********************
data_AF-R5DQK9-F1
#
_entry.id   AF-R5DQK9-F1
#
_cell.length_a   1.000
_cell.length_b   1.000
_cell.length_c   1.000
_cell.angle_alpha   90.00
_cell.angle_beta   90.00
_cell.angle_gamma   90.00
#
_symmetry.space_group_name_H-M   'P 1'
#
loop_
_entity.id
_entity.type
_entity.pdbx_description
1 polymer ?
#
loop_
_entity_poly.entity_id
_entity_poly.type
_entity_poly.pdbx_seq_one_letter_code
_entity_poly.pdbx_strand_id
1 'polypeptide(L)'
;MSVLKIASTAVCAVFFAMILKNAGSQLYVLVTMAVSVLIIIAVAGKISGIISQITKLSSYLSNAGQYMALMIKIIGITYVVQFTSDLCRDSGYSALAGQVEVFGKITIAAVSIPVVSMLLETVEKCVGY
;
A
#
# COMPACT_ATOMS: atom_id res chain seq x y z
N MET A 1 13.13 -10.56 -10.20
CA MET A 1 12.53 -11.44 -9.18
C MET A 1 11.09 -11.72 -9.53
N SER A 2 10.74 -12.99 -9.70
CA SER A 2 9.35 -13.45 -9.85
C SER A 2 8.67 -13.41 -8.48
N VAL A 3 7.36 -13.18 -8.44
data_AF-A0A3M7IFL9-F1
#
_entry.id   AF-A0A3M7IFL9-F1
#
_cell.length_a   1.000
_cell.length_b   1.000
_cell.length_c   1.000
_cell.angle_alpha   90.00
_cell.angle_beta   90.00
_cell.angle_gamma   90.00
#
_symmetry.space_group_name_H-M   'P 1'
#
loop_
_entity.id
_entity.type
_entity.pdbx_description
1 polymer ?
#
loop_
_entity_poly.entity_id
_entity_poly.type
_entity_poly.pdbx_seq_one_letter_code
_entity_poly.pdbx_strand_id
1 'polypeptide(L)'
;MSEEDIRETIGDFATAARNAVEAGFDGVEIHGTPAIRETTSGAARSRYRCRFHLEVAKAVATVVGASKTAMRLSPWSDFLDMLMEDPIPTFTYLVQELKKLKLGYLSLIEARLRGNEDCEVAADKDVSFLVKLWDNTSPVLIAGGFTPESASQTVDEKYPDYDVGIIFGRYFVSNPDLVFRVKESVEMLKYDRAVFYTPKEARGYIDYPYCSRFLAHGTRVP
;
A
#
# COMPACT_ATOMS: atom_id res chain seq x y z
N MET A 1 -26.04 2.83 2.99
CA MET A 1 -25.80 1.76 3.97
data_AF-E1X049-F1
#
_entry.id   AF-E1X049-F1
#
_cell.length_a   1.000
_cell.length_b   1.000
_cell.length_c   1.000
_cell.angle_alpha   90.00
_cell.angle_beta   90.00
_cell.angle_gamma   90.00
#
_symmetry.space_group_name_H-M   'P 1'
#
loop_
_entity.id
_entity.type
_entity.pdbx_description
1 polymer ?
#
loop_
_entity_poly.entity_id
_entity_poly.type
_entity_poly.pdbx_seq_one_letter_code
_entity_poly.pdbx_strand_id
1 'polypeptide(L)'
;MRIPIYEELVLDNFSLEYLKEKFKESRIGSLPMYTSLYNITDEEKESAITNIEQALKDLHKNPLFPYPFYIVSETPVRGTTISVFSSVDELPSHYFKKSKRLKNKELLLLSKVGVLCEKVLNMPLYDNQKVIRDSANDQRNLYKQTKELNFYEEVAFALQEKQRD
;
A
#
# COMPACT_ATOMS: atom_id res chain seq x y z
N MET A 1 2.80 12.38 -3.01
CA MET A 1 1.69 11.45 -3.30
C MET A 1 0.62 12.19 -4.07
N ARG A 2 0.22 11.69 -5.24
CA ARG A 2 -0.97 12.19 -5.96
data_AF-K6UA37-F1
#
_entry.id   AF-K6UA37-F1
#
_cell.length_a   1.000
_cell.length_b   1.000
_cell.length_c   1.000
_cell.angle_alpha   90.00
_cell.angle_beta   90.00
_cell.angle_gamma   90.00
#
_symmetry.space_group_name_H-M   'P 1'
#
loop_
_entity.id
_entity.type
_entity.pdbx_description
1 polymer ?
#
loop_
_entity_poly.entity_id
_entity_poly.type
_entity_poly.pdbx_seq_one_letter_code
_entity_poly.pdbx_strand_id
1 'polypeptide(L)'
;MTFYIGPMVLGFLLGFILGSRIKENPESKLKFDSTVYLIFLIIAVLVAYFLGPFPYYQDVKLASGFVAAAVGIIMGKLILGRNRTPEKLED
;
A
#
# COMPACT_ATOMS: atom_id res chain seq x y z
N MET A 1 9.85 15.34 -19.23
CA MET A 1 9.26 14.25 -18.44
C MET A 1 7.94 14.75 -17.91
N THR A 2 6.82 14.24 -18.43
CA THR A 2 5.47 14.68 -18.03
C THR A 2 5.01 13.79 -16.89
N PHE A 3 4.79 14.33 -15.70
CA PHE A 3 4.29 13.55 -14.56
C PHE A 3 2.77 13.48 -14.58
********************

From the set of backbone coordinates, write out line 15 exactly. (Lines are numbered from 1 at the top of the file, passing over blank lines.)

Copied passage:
_entity.id